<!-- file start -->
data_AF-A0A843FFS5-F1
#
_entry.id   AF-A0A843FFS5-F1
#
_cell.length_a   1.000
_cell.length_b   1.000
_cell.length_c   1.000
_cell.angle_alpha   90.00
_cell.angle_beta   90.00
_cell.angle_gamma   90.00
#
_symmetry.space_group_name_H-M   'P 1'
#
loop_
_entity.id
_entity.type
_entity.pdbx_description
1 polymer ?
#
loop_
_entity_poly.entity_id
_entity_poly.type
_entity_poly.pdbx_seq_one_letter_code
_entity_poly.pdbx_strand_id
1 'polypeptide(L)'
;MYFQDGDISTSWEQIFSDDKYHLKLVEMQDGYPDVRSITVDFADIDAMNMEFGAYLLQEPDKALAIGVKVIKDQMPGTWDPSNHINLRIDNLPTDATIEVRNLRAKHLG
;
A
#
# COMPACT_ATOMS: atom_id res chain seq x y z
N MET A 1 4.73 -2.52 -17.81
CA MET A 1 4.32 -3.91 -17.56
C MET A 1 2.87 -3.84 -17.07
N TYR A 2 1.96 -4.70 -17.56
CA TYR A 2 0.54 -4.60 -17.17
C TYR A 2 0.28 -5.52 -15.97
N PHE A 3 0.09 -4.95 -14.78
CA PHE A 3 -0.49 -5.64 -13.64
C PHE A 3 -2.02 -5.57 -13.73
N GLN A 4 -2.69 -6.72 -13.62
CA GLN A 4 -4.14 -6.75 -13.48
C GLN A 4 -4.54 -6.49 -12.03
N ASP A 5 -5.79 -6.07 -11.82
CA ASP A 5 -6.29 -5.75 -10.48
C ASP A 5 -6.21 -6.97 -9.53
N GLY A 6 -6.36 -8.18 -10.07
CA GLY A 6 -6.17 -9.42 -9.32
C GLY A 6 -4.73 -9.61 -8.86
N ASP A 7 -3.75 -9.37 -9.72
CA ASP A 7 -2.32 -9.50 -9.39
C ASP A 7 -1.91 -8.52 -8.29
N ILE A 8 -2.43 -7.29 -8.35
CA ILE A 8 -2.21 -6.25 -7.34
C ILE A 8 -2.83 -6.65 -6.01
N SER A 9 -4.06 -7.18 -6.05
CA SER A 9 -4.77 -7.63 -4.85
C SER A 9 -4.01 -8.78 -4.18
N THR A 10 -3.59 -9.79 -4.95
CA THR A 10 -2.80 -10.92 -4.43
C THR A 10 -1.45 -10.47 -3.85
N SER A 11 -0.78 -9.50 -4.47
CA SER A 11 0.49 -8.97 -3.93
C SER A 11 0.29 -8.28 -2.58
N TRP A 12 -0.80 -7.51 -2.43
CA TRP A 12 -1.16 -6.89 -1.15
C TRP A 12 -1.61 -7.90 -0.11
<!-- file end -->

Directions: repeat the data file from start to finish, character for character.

data_AF-A0A843FFS5-F1
#
_entry.id   AF-A0A843FFS5-F1
#
_cell.length_a   1.000
_cell.length_b   1.000
_cell.length_c   1.000
_cell.angle_alpha   90.00
_cell.angle_beta   90.00
_cell.angle_gamma   90.00
#
_symmetry.space_group_name_H-M   'P 1'
#
loop_
_entity.id
_entity.type
_entity.pdbx_description
1 polymer ?
#
loop_
_entity_poly.entity_id
_entity_poly.type
_entity_poly.pdbx_seq_one_letter_code
_entity_poly.pdbx_strand_id
1 'polypeptide(L)'
;MYFQDGDISTSWEQIFSDDKYHLKLVEMQDGYPDVRSITVDFADIDAMNMEFGAYLLQEPDKALAIGVKVIKDQMPGTWDPSNHINLRIDNLPTDATIEVRNLRAKHLG
;
A
#
# COMPACT_ATOMS: atom_id res chain seq x y z
N MET A 1 4.73 -2.52 -17.81
CA MET A 1 4.32 -3.91 -17.56
C MET A 1 2.87 -3.84 -17.07
N TYR A 2 1.96 -4.70 -17.56
CA TYR A 2 0.54 -4.60 -17.17
C TYR A 2 0.28 -5.52 -15.97
N PHE A 3 0.09 -4.95 -14.78
CA PHE A 3 -0.49 -5.64 -13.64
C PHE A 3 -2.02 -5.57 -13.73
N GLN A 4 -2.69 -6.72 -13.62
CA GLN A 4 -4.14 -6.75 -13.48
C GLN A 4 -4.54 -6.49 -12.03
N ASP A 5 -5.79 -6.07 -11.82
CA ASP A 5 -6.29 -5.75 -10.48
C ASP A 5 -6.21 -6.97 -9.53
N GLY A 6 -6.36 -8.18 -10.07
CA GLY A 6 -6.17 -9.42 -9.32
C GLY A 6 -4.73 -9.61 -8.86
N ASP A 7 -3.75 -9.37 -9.72
CA ASP A 7 -2.32 -9.50 -9.39
C ASP A 7 -1.91 -8.52 -8.29
N ILE A 8 -2.43 -7.29 -8.35
CA ILE A 8 -2.21 -6.25 -7.34
C ILE A 8 -2.83 -6.65 -6.01
N SER A 9 -4.06 -7.18 -6.05
CA SER A 9 -4.77 -7.63 -4.85
C SER A 9 -4.01 -8.78 -4.18
N THR A 10 -3.59 -9.79 -4.95
CA THR A 10 -2.80 -10.92 -4.43
C THR A 10 -1.45 -10.47 -3.85
N SER A 11 -0.78 -9.50 -4.47
CA SER A 11 0.49 -8.97 -3.93
C SER A 11 0.29 -8.28 -2.58
N TRP A 12 -0.80 -7.51 -2.43
CA TRP A 12 -1.16 -6.89 -1.15
C TRP A 12 -1.61 -7.90 -0.11